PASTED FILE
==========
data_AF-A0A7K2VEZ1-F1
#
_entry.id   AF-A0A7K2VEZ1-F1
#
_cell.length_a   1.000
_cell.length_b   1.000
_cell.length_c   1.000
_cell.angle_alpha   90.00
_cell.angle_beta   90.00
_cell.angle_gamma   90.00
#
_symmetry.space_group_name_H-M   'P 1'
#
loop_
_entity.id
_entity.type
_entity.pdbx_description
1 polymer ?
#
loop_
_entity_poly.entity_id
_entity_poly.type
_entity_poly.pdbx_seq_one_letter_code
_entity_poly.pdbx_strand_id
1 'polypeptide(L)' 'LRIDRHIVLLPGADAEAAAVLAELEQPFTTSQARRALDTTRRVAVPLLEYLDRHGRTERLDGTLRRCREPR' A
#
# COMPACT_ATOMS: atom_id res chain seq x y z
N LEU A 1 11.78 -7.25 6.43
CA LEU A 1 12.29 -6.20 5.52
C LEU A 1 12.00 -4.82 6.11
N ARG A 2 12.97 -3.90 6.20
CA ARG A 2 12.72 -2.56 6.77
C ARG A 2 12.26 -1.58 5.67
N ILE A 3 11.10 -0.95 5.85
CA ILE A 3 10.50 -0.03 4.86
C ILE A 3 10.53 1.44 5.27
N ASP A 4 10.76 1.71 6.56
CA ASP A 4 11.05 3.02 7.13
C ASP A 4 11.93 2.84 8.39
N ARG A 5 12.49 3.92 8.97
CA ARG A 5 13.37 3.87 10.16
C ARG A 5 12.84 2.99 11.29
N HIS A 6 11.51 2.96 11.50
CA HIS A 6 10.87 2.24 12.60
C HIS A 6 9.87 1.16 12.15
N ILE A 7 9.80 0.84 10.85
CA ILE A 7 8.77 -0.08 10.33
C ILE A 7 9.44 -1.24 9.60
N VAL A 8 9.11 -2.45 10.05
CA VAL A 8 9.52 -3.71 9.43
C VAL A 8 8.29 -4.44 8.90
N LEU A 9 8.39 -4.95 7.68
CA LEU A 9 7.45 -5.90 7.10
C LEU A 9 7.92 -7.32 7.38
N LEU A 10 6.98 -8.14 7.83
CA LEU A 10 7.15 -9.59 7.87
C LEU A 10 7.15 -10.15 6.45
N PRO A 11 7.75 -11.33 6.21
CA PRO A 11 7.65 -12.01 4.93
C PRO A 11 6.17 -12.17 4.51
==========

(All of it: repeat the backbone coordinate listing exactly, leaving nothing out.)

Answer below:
data_AF-A0A7K2VEZ1-F1
#
_entry.id   AF-A0A7K2VEZ1-F1
#
_cell.length_a   1.000
_cell.length_b   1.000
_cell.length_c   1.000
_cell.angle_alpha   90.00
_cell.angle_beta   90.00
_cell.angle_gamma   90.00
#
_symmetry.space_group_name_H-M   'P 1'
#
loop_
_entity.id
_entity.type
_entity.pdbx_description
1 polymer ?
#
loop_
_entity_poly.entity_id
_entity_poly.type
_entity_poly.pdbx_seq_one_letter_code
_entity_poly.pdbx_strand_id
1 'polypeptide(L)' 'LRIDRHIVLLPGADAEAAAVLAELEQPFTTSQARRALDTTRRVAVPLLEYLDRHGRTERLDGTLRRCREPR' A
#
# COMPACT_ATOMS: atom_id res chain seq x y z
N LEU A 1 11.78 -7.25 6.43
CA LEU A 1 12.29 -6.20 5.52
C LEU A 1 12.00 -4.82 6.11
N ARG A 2 12.97 -3.90 6.20
CA ARG A 2 12.72 -2.56 6.77
C ARG A 2 12.26 -1.58 5.67
N ILE A 3 11.10 -0.95 5.85
CA ILE A 3 10.50 -0.03 4.86
C ILE A 3 10.53 1.44 5.27
N ASP A 4 10.76 1.71 6.56
CA ASP A 4 11.05 3.02 7.13
C ASP A 4 11.93 2.84 8.39
N ARG A 5 12.49 3.92 8.97
CA ARG A 5 13.37 3.87 10.16
C ARG A 5 12.84 2.99 11.29
N HIS A 6 11.51 2.96 11.50
CA HIS A 6 10.87 2.24 12.60
C HIS A 6 9.87 1.16 12.15
N ILE A 7 9.80 0.84 10.85
CA ILE A 7 8.77 -0.08 10.33
C ILE A 7 9.44 -1.24 9.60
N VAL A 8 9.11 -2.45 10.05
CA VAL A 8 9.52 -3.71 9.43
C VAL A 8 8.29 -4.44 8.90
N LEU A 9 8.39 -4.95 7.68
CA LEU A 9 7.45 -5.90 7.10
C LEU A 9 7.92 -7.32 7.38
N LEU A 10 6.98 -8.14 7.83
CA LEU A 10 7.15 -9.59 7.87
C LEU A 10 7.15 -10.15 6.45
N PRO A 11 7.75 -11.33 6.21
CA PRO A 11 7.65 -12.01 4.93
C PRO A 11 6.17 -12.17 4.51